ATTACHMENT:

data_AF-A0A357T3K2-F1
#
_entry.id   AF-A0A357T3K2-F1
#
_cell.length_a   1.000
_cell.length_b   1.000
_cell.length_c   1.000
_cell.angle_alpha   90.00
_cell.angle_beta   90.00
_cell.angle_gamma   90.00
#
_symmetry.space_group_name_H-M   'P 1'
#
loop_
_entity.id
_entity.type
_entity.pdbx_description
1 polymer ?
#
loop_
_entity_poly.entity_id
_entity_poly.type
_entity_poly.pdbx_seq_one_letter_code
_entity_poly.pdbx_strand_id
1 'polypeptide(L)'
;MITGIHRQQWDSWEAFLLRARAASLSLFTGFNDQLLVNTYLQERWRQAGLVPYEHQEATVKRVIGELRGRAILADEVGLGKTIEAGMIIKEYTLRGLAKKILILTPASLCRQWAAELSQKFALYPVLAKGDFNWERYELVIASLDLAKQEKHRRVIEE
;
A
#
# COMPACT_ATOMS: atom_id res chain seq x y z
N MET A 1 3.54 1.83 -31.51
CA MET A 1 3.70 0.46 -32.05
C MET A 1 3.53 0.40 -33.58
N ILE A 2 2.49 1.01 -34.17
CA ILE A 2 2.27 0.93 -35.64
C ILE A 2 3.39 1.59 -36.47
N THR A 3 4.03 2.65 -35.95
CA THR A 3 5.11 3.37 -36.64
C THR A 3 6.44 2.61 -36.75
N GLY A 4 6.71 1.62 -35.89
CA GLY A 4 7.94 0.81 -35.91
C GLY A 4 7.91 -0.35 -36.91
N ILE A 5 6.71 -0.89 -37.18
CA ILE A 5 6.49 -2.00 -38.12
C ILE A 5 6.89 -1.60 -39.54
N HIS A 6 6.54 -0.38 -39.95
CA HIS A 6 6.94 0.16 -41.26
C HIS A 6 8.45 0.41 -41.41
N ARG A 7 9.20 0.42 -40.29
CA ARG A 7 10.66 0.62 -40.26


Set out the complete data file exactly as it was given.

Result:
data_AF-A0A357T3K2-F1
#
_entry.id   AF-A0A357T3K2-F1
#
_cell.length_a   1.000
_cell.length_b   1.000
_cell.length_c   1.000
_cell.angle_alpha   90.00
_cell.angle_beta   90.00
_cell.angle_gamma   90.00
#
_symmetry.space_group_name_H-M   'P 1'
#
loop_
_entity.id
_entity.type
_entity.pdbx_description
1 polymer ?
#
loop_
_entity_poly.entity_id
_entity_poly.type
_entity_poly.pdbx_seq_one_letter_code
_entity_poly.pdbx_strand_id
1 'polypeptide(L)'
;MITGIHRQQWDSWEAFLLRARAASLSLFTGFNDQLLVNTYLQERWRQAGLVPYEHQEATVKRVIGELRGRAILADEVGLGKTIEAGMIIKEYTLRGLAKKILILTPASLCRQWAAELSQKFALYPVLAKGDFNWERYELVIASLDLAKQEKHRRVIEE
;
A
#
# COMPACT_ATOMS: atom_id res chain seq x y z
N MET A 1 3.54 1.83 -31.51
CA MET A 1 3.70 0.46 -32.05
C MET A 1 3.53 0.40 -33.58
N ILE A 2 2.49 1.01 -34.17
CA ILE A 2 2.27 0.93 -35.64
C ILE A 2 3.39 1.59 -36.47
N THR A 3 4.03 2.65 -35.95
CA THR A 3 5.11 3.37 -36.64
C THR A 3 6.44 2.61 -36.75
N GLY A 4 6.71 1.62 -35.89
CA GLY A 4 7.94 0.81 -35.91
C GLY A 4 7.91 -0.35 -36.91
N ILE A 5 6.71 -0.89 -37.18
CA ILE A 5 6.49 -2.00 -38.12
C ILE A 5 6.89 -1.60 -39.54
N HIS A 6 6.54 -0.38 -39.95
CA HIS A 6 6.94 0.16 -41.26
C HIS A 6 8.45 0.41 -41.41
N ARG A 7 9.20 0.42 -40.29
CA ARG A 7 10.66 0.62 -40.26